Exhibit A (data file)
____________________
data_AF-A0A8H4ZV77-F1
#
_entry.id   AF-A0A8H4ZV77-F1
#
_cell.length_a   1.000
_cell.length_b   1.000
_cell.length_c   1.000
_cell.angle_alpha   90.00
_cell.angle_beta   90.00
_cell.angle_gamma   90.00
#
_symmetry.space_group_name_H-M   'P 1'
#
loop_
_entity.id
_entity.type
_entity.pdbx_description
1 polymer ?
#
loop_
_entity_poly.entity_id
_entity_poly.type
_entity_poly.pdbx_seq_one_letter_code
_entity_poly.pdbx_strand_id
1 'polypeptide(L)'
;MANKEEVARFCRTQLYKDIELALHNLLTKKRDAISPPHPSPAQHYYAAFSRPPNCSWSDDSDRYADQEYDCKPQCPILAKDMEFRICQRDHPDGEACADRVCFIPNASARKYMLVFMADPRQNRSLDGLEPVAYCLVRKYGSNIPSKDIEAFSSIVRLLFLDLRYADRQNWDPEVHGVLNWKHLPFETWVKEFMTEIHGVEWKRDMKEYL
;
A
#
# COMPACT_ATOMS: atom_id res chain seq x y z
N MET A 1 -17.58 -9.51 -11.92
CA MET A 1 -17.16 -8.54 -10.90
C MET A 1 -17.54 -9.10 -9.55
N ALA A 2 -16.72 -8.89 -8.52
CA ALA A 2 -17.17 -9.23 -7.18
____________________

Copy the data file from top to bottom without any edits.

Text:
data_AF-A0A8H4ZV77-F1
#
_entry.id   AF-A0A8H4ZV77-F1
#
_cell.length_a   1.000
_cell.length_b   1.000
_cell.length_c   1.000
_cell.angle_alpha   90.00
_cell.angle_beta   90.00
_cell.angle_gamma   90.00
#
_symmetry.space_group_name_H-M   'P 1'
#
loop_
_entity.id
_entity.type
_entity.pdbx_description
1 polymer ?
#
loop_
_entity_poly.entity_id
_entity_poly.type
_entity_poly.pdbx_seq_one_letter_code
_entity_poly.pdbx_strand_id
1 'polypeptide(L)'
;MANKEEVARFCRTQLYKDIELALHNLLTKKRDAISPPHPSPAQHYYAAFSRPPNCSWSDDSDRYADQEYDCKPQCPILAKDMEFRICQRDHPDGEACADRVCFIPNASARKYMLVFMADPRQNRSLDGLEPVAYCLVRKYGSNIPSKDIEAFSSIVRLLFLDLRYADRQNWDPEVHGVLNWKHLPFETWVKEFMTEIHGVEWKRDMKEYL
;
A
#
# COMPACT_ATOMS: atom_id res chain seq x y z
N MET A 1 -17.58 -9.51 -11.92
CA MET A 1 -17.16 -8.54 -10.90
C MET A 1 -17.54 -9.10 -9.55
N ALA A 2 -16.72 -8.89 -8.52
CA ALA A 2 -17.17 -9.23 -7.18